5. I developed a free mini-course on defining your blog voice.

I knew I wanted to teach a free course in February.

At first, I had planned to teach something more general, like “Nurture Your Blog,” which would cover all different aspects of having a successful blog, from purpose to audience to consistency.

But then I realized that getting very specific would be really helpful.

I got an email about teaching a Skillshare class in which they suggested to be as specific as possible, and I decided to apply that to my course. Since I had gotten a lot of traction with my blog post, I narrowed my focus to be about defining your voice.

I chose to deliver daily worksheets in PDF and Word format, along with daily audio, as well as having a private Facebook group where people could share their process.

6. I wrote a LOT of posts about defining your writer’s voice.

In the 3 or 4 weeks leading up to the course, all I wrote about was the writer’s voice. I created one post with an infographic that contained 20 quotes on the writer’s voice.

I wrote another post about the process of defining your voice.

The idea was to get people interested in signing up for the course.

And it worked! My goal was to get 20 people into the course. 30 people signed up.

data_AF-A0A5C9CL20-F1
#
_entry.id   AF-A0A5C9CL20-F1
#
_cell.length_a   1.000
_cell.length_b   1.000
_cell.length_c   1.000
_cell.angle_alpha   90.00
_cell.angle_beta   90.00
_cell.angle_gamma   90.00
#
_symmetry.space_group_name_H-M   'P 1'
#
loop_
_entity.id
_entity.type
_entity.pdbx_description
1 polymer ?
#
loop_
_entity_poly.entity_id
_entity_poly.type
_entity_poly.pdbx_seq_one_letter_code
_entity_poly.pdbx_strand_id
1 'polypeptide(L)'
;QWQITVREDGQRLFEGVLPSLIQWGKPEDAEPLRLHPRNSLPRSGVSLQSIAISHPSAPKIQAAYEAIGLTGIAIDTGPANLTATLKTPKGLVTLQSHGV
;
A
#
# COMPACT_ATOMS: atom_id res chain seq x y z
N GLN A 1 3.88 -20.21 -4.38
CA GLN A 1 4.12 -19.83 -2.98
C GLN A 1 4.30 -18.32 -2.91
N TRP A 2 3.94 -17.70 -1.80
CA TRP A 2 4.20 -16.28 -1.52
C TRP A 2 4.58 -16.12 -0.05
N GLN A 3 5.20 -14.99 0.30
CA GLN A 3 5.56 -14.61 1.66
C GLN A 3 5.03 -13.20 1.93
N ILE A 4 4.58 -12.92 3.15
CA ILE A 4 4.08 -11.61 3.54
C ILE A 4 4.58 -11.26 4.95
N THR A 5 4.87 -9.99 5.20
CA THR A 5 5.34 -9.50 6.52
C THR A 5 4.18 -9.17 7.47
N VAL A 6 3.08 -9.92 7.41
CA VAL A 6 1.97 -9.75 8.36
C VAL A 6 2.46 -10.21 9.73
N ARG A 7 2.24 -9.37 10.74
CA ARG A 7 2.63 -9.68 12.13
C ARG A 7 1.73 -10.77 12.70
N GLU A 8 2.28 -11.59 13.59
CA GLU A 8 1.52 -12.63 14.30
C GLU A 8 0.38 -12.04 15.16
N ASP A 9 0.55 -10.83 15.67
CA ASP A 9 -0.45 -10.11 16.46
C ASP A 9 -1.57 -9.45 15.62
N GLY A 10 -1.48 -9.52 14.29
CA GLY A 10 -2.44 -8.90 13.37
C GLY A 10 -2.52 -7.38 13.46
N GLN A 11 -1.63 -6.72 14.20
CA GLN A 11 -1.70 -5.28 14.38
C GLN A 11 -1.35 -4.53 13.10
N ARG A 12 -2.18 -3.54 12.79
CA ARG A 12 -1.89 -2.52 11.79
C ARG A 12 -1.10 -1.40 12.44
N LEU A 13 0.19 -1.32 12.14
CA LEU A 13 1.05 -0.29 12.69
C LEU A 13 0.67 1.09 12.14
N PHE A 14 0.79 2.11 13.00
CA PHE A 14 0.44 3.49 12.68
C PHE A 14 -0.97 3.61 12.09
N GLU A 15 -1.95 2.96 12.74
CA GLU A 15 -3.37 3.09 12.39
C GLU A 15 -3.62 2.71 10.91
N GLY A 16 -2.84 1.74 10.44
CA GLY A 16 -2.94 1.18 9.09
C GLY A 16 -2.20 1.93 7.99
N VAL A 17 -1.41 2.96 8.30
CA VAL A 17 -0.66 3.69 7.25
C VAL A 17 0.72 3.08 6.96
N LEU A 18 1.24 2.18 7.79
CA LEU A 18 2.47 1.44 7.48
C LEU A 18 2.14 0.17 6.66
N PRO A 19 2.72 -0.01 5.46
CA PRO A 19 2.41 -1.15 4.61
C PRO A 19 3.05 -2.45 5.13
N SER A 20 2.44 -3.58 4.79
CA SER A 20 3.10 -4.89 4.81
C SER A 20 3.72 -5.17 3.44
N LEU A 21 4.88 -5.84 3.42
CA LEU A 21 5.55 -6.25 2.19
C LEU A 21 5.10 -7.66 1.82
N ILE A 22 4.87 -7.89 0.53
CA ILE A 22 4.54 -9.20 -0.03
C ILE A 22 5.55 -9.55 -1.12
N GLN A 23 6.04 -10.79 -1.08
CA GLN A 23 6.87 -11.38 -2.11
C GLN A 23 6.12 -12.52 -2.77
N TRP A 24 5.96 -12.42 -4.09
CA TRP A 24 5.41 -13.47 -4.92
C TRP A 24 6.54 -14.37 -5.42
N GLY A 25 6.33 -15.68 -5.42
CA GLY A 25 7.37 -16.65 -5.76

7. I taught the course and learned from my students.

This was one of my favorite steps. As I mentioned above, I LOVE teaching. It was really awesome to go through the process with my students.

Some of them posted in the Facebook group every day, and it was wonderful to see their learning.

I also was able to reflect on what I would do differently next time (for example, posting the daily office hours in the Facebook group).

I delivered the course each day via emails and on my website. I also had links to the course in the Facebook group.

8. I replaced my course opt-in with an opt-in for the workbook.

I didn’t want to continue offering the course for free, but I wanted to have a valuable opt-in on the website, so I offered the workbook instead.

I had some doubts about doing this, because I knew I would want to charge for it eventually, but I figured I might as well offer something that I had already created.